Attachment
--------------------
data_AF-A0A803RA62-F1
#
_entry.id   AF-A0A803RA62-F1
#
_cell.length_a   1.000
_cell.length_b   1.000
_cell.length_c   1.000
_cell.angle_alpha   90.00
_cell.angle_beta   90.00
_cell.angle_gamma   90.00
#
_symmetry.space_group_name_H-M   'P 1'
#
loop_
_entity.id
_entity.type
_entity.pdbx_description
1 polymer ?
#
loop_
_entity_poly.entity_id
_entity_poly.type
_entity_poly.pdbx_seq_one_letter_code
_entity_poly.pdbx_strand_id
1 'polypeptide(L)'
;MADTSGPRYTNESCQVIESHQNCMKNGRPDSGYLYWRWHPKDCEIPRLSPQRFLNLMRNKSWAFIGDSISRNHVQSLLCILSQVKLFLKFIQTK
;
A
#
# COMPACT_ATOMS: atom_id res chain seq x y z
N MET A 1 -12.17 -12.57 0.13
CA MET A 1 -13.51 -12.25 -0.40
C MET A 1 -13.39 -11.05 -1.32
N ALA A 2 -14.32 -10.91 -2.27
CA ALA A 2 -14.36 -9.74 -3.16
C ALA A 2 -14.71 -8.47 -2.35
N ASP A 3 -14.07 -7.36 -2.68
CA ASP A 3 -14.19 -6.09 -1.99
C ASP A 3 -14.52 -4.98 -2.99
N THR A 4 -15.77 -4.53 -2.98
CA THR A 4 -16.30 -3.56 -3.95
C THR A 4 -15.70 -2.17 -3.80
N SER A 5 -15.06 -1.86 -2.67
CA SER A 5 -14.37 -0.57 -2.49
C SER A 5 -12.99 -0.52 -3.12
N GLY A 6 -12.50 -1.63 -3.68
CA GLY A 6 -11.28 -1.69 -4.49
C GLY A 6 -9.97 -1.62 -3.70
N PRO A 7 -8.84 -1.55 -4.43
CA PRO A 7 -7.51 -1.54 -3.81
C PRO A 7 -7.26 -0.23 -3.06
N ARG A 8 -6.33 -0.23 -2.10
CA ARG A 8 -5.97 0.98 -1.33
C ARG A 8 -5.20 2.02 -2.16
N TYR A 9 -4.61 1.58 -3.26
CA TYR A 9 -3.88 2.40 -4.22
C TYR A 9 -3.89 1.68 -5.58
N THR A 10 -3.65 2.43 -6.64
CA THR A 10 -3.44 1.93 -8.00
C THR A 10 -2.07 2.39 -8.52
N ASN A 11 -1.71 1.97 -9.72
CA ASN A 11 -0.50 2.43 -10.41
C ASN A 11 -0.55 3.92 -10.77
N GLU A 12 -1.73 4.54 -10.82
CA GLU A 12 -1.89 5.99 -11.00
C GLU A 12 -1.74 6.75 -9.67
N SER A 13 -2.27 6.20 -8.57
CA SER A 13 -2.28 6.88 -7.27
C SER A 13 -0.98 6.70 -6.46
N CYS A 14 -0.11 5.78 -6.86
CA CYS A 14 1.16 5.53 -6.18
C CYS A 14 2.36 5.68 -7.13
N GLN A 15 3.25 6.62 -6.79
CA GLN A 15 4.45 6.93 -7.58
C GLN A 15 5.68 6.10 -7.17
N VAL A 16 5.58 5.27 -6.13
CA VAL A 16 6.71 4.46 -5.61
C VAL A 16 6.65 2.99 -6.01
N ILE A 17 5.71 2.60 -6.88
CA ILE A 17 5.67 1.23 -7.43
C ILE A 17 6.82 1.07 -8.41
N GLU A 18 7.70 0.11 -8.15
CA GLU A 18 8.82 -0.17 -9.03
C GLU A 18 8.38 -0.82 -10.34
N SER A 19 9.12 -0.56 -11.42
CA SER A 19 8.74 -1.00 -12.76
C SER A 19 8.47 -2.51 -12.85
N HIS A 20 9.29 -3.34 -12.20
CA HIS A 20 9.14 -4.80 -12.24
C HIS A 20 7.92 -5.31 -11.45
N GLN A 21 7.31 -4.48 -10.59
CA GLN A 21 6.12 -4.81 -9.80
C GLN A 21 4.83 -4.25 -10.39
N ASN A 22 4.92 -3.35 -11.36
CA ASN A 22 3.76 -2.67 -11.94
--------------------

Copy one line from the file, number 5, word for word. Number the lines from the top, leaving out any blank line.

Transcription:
_cell.length_a   1.000